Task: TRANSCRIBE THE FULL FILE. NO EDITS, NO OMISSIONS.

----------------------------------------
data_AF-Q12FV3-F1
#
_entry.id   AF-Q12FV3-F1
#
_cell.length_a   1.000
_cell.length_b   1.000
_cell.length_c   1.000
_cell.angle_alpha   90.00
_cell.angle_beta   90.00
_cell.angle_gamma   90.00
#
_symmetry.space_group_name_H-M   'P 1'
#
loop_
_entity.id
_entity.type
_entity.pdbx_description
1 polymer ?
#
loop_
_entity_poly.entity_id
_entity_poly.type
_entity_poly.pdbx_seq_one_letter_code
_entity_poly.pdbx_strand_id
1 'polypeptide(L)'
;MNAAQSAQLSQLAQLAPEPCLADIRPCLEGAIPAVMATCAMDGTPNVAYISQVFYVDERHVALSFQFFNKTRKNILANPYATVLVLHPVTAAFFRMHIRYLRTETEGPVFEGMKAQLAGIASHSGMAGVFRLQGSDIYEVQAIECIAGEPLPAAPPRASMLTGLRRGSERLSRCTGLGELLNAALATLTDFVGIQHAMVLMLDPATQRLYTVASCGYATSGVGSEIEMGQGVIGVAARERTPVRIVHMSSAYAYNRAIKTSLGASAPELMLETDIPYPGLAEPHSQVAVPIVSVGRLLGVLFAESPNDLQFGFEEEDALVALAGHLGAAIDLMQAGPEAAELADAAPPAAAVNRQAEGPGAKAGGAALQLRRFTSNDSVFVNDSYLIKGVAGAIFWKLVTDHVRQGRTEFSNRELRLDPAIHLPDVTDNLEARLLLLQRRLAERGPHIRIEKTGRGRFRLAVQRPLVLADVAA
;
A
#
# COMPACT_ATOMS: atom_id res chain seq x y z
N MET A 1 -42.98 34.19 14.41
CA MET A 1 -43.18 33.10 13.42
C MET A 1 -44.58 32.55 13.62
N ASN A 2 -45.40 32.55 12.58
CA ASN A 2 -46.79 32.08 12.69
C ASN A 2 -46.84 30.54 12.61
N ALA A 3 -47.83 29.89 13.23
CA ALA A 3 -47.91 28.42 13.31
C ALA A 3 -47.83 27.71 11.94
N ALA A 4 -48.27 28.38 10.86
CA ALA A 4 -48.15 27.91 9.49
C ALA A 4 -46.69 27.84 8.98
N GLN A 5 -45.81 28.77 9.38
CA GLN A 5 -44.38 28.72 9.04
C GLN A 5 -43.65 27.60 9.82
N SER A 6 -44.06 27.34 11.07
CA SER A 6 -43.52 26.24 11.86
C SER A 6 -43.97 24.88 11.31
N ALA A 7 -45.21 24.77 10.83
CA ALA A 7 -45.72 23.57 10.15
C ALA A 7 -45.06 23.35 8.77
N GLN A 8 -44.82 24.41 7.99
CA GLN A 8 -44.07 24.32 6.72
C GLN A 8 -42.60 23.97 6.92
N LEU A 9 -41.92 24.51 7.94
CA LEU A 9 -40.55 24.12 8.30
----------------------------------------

data_AF-Q12FV3-F1
#
_entry.id   AF-Q12FV3-F1
#
_cell.length_a   1.000
_cell.length_b   1.000
_cell.length_c   1.000
_cell.angle_alpha   90.00
_cell.angle_beta   90.00
_cell.angle_gamma   90.00
#
_symmetry.space_group_name_H-M   'P 1'
#
loop_
_entity.id
_entity.type
_entity.pdbx_description
1 polymer ?
#
loop_
_entity_poly.entity_id
_entity_poly.type
_entity_poly.pdbx_seq_one_letter_code
_entity_poly.pdbx_strand_id
1 'polypeptide(L)'
;MNAAQSAQLSQLAQLAPEPCLADIRPCLEGAIPAVMATCAMDGTPNVAYISQVFYVDERHVALSFQFFNKTRKNILANPYATVLVLHPVTAAFFRMHIRYLRTETEGPVFEGMKAQLAGIASHSGMAGVFRLQGSDIYEVQAIECIAGEPLPAAPPRASMLTGLRRGSERLSRCTGLGELLNAALATLTDFVGIQHAMVLMLDPATQRLYTVASCGYATSGVGSEIEMGQGVIGVAARERTPVRIVHMSSAYAYNRAIKTSLGASAPELMLETDIPYPGLAEPHSQVAVPIVSVGRLLGVLFAESPNDLQFGFEEEDALVALAGHLGAAIDLMQAGPEAAELADAAPPAAAVNRQAEGPGAKAGGAALQLRRFTSNDSVFVNDSYLIKGVAGAIFWKLVTDHVRQGRTEFSNRELRLDPAIHLPDVTDNLEARLLLLQRRLAERGPHIRIEKTGRGRFRLAVQRPLVLADVAA
;
A
#
# COMPACT_ATOMS: atom_id res chain seq x y z
N MET A 1 -42.98 34.19 14.41
CA MET A 1 -43.18 33.10 13.42
C MET A 1 -44.58 32.55 13.62
N ASN A 2 -45.40 32.55 12.58
CA ASN A 2 -46.79 32.08 12.69
C ASN A 2 -46.84 30.54 12.61
N ALA A 3 -47.83 29.89 13.23
CA ALA A 3 -47.91 28.42 13.31
C ALA A 3 -47.83 27.71 11.94
N ALA A 4 -48.27 28.38 10.86
CA ALA A 4 -48.15 27.91 9.49
C ALA A 4 -46.69 27.84 8.98
N GLN A 5 -45.81 28.77 9.38
CA GLN A 5 -44.38 28.72 9.04
C GLN A 5 -43.65 27.60 9.82
N SER A 6 -44.06 27.34 11.07
CA SER A 6 -43.52 26.24 11.86
C SER A 6 -43.97 24.88 11.31
N ALA A 7 -45.21 24.77 10.83
CA ALA A 7 -45.72 23.57 10.15
C ALA A 7 -45.06 23.35 8.77
N GLN A 8 -44.82 24.41 7.99
CA GLN A 8 -44.07 24.32 6.72
C GLN A 8 -42.60 23.97 6.92
N LEU A 9 -41.92 24.51 7.94
CA LEU A 9 -40.55 24.12 8.30